You can also do your own searching online to find a lot of great project and activity ideas, follow one of the many children’s activities pages on Facebook, or subscribe to any number of newsletters from your favorite activity sites. Remember, encourage them to be active, but be careful to not over schedule their day. Children need time to invent their own ways to “do”.


(Search for these on Amazon or elsewhere, they are not affiliate links)




Phase 10

Hoyle’s Rules of Games

Chinese Checkers



Tri-FACTa Addition/Subtraction

Tri-FACTa Multiplication/Subtraction


Sequence Letters

Sequence Numbers

Sequence States and Capitals

Clumsy Thief


Rory’s Story Cubes









The Game of Life

Tell Tale

Spot It!

Spot It! Numbers and Shapes

Brain Quest Smart Game

Professor Noggin’s Games

Fun-To-Know Puzzles

More Educational Games


Whether you’re just taking a walk around the block, visiting the local art museum, or going on a week-long exploration adventure, your children will always learn more by doing. Take a look at these ideas, and come up with some of your own.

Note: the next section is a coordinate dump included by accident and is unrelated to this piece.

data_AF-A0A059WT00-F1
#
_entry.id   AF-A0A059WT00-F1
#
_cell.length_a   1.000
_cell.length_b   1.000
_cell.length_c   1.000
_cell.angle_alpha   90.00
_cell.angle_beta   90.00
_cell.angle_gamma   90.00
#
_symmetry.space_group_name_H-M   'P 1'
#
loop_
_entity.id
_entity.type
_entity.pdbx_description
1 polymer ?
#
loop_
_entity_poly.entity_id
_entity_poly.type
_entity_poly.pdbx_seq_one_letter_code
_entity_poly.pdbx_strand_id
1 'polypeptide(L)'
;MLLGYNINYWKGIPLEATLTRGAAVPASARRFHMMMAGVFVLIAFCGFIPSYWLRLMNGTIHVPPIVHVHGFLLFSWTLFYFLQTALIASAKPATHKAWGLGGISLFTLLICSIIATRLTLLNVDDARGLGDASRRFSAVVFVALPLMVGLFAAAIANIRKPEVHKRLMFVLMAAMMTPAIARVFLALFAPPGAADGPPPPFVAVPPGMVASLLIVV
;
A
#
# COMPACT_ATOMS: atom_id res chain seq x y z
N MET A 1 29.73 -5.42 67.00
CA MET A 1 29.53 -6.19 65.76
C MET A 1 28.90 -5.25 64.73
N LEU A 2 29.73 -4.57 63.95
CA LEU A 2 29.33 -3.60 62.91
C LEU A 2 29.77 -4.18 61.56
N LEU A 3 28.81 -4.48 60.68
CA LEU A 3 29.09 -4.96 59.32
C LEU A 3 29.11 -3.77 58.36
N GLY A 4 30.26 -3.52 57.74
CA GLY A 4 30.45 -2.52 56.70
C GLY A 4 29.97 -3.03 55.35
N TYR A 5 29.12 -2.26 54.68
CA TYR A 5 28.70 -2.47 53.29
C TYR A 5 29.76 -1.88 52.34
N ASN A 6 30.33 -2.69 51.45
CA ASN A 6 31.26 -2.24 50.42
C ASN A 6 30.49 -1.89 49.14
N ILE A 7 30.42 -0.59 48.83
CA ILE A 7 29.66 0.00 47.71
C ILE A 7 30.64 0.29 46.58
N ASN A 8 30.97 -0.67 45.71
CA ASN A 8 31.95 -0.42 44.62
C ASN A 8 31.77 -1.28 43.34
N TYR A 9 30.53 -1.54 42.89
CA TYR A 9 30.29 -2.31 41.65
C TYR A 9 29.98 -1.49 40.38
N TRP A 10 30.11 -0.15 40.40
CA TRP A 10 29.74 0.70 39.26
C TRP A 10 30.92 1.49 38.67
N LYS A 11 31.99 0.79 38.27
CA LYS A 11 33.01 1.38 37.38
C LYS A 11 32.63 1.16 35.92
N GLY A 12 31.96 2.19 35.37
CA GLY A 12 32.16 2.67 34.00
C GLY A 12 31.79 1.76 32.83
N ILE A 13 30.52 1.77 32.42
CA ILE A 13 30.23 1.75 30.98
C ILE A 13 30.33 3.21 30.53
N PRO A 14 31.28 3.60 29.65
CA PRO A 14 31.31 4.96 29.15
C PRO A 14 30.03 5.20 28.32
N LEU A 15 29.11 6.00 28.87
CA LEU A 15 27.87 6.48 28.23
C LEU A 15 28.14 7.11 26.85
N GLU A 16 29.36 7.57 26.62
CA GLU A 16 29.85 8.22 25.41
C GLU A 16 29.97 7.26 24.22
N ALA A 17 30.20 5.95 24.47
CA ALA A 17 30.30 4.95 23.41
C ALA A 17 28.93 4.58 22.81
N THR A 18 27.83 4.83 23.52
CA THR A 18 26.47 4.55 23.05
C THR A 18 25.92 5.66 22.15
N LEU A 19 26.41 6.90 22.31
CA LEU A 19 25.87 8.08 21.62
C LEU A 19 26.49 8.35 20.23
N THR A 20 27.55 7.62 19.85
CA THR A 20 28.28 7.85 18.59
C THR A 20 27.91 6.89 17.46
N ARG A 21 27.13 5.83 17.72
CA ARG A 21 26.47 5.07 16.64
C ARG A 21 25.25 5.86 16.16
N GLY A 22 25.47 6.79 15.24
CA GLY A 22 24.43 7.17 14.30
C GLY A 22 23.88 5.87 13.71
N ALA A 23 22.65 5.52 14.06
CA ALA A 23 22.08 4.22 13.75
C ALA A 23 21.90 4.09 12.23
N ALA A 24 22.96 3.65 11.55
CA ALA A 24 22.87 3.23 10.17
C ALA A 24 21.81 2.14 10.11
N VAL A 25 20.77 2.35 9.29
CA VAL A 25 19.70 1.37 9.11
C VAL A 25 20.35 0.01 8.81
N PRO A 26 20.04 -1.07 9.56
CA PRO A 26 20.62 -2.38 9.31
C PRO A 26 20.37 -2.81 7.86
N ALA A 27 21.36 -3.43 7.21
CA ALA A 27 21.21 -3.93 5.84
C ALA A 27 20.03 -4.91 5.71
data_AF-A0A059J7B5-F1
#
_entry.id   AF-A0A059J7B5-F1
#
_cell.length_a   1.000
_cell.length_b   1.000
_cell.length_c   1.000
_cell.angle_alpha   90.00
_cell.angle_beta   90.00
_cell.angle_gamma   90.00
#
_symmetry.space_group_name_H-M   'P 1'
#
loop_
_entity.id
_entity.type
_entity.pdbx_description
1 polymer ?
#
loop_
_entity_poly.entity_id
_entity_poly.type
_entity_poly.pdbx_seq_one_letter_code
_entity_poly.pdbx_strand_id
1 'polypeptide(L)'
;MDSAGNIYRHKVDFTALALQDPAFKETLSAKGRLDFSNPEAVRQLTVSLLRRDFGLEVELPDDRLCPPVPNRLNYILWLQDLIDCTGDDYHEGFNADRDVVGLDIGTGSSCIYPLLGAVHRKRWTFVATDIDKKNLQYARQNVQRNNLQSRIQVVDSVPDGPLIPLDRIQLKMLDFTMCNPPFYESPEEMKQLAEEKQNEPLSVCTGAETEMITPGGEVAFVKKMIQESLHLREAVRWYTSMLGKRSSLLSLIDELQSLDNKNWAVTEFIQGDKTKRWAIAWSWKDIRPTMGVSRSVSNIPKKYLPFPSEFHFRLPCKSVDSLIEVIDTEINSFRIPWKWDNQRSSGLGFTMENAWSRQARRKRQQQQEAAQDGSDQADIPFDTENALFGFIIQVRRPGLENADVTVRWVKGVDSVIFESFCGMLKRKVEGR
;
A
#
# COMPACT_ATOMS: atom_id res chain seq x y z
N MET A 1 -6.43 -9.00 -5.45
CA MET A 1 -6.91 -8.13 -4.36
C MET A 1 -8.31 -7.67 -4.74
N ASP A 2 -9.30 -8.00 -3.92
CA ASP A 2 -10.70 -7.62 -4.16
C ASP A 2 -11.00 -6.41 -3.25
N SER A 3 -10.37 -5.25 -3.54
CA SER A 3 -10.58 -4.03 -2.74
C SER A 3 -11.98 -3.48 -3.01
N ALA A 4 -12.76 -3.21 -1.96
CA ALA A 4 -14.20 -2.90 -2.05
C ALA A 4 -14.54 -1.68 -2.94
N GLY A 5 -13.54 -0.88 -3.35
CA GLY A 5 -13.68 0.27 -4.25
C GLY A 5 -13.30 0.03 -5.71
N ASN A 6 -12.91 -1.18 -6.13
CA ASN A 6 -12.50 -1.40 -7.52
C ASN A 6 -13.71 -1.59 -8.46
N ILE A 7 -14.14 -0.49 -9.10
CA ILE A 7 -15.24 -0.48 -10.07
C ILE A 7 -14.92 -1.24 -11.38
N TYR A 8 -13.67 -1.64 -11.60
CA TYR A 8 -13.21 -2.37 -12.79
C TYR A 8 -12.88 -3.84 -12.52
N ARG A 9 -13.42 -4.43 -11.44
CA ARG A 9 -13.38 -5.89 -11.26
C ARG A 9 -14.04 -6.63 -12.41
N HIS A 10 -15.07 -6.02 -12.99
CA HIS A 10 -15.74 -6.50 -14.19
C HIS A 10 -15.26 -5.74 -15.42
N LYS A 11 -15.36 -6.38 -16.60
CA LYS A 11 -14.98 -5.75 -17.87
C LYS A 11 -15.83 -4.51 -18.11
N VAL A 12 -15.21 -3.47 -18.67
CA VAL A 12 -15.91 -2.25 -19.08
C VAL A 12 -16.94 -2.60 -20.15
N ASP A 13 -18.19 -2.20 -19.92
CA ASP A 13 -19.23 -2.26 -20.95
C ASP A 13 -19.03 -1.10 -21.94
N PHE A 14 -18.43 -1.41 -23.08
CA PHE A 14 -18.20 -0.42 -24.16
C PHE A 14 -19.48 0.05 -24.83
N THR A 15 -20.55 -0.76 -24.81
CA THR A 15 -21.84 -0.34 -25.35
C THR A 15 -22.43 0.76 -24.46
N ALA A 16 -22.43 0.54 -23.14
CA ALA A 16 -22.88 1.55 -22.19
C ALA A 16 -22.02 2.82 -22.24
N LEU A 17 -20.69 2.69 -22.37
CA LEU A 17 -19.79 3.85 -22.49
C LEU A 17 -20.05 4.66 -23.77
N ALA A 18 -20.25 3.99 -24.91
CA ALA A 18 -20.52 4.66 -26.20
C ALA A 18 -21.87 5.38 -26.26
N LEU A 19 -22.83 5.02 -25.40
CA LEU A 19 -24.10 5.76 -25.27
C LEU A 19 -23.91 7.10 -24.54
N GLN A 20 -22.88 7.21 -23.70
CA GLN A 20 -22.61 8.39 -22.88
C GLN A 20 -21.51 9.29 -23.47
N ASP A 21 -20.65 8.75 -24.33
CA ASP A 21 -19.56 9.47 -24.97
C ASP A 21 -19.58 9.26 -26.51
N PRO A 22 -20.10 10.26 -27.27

Budget Trip Map

National Parks

Complete Directory of “Things To Do”

Find Hiking Trails



Service doesn’t always have to be a project. When you live more mindful of the needs of people around you, your children will too, and the world will be a better place. Teaching our children to be part of something bigger than themselves is an education in and of itself. Check out these organizations for more ideas near you.



A home full of books is a home full of learning. Not only does having a healthy home library improve your children’s literacy, but it can be a great educational resource for learning about anything and everything!

When it comes to buying books you want to consider both cost and quality. We want to build big, beautiful home libraries on a budget. We’ve found the best place to find the classics is on Amazon. They have a great selection and great prices. Amazon is also your best bet for the best chapter book series, and even most curriculum products.

You can build an amazing home library using Amazon almost exclusively, and without breaking the bank. We will use it to highlight some of our favorite books. We’ll also discuss other library building techniques below.


Charlotte’s Web

The Secret Garden

The Wonderful Wizard of Oz

The Little Prince

Because of Winn-Dixie

The Wind in the Willows


The Haymeadow

The Lion, the Witch, and the Wardrobe

The Incredible Journey

The Jungle Book

The Velveteen Rabbit

Dr. Seuss

James and the Giant Peach



Charlie and the Chocolate Factory

Fantastic Mr. Fox

Where the Sidewalk Ends

The Giving Tree